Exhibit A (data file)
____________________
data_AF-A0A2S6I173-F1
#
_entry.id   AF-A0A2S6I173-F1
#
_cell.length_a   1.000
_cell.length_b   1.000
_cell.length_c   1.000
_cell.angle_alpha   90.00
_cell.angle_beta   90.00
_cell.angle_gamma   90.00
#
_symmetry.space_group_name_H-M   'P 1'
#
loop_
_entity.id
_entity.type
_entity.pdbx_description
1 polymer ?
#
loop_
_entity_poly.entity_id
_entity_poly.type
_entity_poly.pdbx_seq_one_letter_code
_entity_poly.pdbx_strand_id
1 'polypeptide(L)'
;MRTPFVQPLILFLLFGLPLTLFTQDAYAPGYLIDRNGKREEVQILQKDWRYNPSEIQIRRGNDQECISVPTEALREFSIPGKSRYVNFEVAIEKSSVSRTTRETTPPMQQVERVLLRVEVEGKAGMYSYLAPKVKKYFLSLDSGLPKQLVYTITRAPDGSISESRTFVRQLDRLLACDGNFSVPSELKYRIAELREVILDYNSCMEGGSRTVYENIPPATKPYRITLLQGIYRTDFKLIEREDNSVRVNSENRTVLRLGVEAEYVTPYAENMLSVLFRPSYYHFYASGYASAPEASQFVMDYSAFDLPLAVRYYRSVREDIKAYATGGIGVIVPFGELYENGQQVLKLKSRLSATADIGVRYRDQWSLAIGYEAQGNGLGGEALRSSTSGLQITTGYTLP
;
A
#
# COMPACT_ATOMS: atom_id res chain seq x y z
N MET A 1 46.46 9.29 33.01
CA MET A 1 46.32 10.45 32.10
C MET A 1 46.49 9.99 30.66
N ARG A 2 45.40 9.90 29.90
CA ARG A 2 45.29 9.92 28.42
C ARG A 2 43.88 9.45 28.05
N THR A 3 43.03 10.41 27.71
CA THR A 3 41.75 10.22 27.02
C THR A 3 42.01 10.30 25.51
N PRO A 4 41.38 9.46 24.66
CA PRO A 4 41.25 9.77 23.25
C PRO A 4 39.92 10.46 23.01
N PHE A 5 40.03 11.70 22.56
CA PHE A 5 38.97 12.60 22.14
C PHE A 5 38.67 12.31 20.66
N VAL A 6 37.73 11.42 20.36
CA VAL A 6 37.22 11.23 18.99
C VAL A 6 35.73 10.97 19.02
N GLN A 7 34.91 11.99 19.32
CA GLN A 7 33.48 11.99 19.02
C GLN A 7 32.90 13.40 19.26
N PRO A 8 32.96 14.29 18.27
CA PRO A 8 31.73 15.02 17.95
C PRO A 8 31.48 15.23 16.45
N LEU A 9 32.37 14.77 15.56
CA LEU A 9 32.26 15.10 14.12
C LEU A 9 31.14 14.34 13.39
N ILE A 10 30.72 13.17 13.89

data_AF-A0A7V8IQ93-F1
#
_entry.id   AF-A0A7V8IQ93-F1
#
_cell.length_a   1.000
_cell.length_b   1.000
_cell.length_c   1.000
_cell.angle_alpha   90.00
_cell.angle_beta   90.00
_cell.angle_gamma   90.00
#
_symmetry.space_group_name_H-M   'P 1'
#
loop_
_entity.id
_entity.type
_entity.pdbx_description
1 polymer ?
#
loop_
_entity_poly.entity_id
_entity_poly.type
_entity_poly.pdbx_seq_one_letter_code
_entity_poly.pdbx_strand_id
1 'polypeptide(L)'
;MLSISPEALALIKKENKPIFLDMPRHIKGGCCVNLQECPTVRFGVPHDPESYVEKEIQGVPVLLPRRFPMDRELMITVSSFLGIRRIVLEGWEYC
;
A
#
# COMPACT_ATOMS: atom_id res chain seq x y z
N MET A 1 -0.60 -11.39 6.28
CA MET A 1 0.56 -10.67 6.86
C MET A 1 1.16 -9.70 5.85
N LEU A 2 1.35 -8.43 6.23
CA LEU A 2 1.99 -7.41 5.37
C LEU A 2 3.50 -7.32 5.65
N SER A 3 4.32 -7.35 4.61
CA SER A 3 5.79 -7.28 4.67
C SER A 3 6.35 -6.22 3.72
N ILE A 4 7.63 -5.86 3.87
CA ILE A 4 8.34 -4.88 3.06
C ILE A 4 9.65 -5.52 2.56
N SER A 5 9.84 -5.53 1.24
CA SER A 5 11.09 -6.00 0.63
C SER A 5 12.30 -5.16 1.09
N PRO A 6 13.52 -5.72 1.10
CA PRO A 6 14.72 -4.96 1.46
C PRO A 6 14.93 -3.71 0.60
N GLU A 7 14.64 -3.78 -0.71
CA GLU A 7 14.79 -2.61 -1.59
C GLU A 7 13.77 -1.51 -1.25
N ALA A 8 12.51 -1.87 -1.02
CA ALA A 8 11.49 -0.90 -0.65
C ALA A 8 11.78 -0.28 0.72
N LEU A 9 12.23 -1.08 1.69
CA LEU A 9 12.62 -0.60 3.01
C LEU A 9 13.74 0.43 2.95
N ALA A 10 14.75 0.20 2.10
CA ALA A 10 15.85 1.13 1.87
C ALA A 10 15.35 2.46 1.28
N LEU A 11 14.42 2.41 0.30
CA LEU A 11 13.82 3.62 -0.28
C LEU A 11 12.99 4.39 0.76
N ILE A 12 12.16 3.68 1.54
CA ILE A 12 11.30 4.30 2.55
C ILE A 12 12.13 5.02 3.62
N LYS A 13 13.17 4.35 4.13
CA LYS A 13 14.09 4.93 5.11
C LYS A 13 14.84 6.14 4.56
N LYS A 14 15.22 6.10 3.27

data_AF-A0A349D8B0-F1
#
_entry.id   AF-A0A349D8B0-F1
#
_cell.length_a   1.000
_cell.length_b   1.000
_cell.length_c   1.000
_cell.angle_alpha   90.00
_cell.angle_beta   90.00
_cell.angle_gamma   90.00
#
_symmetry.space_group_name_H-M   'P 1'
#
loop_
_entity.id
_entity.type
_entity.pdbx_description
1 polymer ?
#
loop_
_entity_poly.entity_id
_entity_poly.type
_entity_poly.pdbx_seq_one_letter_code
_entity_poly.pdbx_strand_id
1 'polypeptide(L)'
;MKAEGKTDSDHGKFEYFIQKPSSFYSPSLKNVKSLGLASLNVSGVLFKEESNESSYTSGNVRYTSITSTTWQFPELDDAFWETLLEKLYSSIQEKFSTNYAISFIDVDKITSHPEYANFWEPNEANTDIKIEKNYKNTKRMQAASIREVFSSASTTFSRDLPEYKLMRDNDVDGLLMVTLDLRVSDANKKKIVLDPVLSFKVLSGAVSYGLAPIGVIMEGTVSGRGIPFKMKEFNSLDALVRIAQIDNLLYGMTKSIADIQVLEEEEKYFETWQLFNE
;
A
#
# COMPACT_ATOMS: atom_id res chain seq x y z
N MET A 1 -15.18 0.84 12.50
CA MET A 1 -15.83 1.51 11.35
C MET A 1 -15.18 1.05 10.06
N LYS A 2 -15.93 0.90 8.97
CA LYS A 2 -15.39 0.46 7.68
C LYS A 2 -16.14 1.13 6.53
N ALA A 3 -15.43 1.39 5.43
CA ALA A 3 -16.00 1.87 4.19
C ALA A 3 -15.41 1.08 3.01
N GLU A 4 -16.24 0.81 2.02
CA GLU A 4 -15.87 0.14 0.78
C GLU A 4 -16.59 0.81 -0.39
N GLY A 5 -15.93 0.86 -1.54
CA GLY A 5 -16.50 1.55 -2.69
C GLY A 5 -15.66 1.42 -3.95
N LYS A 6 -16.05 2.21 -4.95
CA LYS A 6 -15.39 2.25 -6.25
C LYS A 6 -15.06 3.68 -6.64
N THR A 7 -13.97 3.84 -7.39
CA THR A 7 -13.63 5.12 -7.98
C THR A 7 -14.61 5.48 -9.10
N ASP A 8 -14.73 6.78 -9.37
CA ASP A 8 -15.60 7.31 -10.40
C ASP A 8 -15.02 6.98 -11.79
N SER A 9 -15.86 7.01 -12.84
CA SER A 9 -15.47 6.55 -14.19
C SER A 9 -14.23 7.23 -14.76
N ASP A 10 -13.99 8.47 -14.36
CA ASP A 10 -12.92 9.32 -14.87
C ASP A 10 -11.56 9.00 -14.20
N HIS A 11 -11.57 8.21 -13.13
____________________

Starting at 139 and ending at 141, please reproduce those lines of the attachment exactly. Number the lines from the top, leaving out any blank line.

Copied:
#
_symmetry.space_group_name_H-M   'P 1'
#